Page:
Back to the
As an application of Theorem 3, we consider a problem in resistive networks. The model is a connected graph together with a voltage source ci and a positive resistance ri on each edge ei. The problem is to determine the resulting current ji and voltage drop vi on edge ei, assuming that the network is subject to conditions known as Ohm's law and Kirchhoff's voltage and current laws.
Let V = v1e1 + v2e2 + ...,
J = j1e1 + j2e2 + ...,
c = c1e1 + c2e2 + ..., and let R : C -> C be linear with Rei = riei. In these terms, the resistive network problem is: given c and R, find V and J subject to V=RJ (Ohm's law) (V-c,z)=0, for each z in Z (Kirchhoff's voltage law) (J,þni )=0, for each vertex ni (Kirchhoff's current law).
(Kirchhoff's voltage law says that the sum of the voltage changes around each closed path is zero; Kirchhoff's current law says that the sum of the ji entering a vertex has to be the same as the sum leaving that vertex.)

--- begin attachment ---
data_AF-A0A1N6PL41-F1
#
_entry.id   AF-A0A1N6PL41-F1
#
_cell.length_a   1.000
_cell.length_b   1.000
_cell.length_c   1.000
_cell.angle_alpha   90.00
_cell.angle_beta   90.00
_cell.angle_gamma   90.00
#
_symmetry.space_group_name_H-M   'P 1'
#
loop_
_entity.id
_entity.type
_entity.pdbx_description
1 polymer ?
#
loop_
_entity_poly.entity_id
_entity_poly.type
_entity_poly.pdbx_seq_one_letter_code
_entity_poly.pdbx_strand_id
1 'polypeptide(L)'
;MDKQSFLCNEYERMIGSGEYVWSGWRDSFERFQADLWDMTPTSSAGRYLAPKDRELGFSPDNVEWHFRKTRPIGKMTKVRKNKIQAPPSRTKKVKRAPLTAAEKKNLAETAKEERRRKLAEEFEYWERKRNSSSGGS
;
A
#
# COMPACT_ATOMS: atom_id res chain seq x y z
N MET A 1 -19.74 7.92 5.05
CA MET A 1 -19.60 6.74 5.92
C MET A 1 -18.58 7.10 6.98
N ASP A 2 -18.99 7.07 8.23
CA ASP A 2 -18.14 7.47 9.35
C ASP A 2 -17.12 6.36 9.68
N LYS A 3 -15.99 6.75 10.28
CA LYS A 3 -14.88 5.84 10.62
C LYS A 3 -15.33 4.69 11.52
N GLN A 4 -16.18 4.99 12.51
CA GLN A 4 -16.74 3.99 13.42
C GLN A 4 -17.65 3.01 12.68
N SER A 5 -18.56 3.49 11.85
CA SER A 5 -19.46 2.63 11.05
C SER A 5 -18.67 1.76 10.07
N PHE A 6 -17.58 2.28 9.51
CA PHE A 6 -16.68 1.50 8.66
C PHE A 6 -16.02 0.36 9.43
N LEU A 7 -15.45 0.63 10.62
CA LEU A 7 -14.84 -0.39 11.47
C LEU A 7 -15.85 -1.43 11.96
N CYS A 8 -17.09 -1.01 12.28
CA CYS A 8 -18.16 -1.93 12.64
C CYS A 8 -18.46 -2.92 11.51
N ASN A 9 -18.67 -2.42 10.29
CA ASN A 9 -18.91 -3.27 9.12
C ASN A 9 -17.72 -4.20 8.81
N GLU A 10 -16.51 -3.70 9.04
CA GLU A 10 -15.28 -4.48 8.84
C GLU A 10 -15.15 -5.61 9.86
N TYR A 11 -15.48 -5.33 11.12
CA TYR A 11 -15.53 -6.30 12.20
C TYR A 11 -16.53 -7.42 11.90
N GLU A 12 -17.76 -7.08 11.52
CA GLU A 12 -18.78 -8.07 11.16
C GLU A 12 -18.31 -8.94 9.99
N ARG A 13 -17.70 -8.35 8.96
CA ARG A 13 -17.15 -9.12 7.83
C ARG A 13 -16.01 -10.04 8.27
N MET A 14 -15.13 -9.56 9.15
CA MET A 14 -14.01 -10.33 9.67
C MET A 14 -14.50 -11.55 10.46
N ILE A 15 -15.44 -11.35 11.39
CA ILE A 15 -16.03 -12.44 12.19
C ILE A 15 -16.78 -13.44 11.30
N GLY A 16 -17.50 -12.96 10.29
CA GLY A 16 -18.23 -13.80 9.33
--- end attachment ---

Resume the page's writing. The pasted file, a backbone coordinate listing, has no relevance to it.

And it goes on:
Theorem 4.The solution to the resistive network problem is unique and is given by
J = D-1R-1H*c,
V = RJ,
D = wT1 + wT2 + ...; the sum being taken over all spanning trees of the graph.
Since RJ-c in B, and since
AT*b=0 for any b in B (look at linear products: bATei=0 for each edge ei), it follows that
Now, RDJ = H*c and J = D-1R-1H*c.
Taking inner products of each side of the above equation with an edge ei yields ji =
and this is the original form of the result (modulo my typsetting), due to Kirchhoff (1847). Existence and uniqueness of currents in a resistive network appears to have been proven first by H. Weyl (1923).
We now establish some facts about spanning trees.
Let G-e denote the graph obtained from G by deleting the edge e and let Ge denote the graph obtained from G by contracting the edge e. Note that the contraction operation may result in multiple edges. Let N(G) denote the number of spanning trees of G.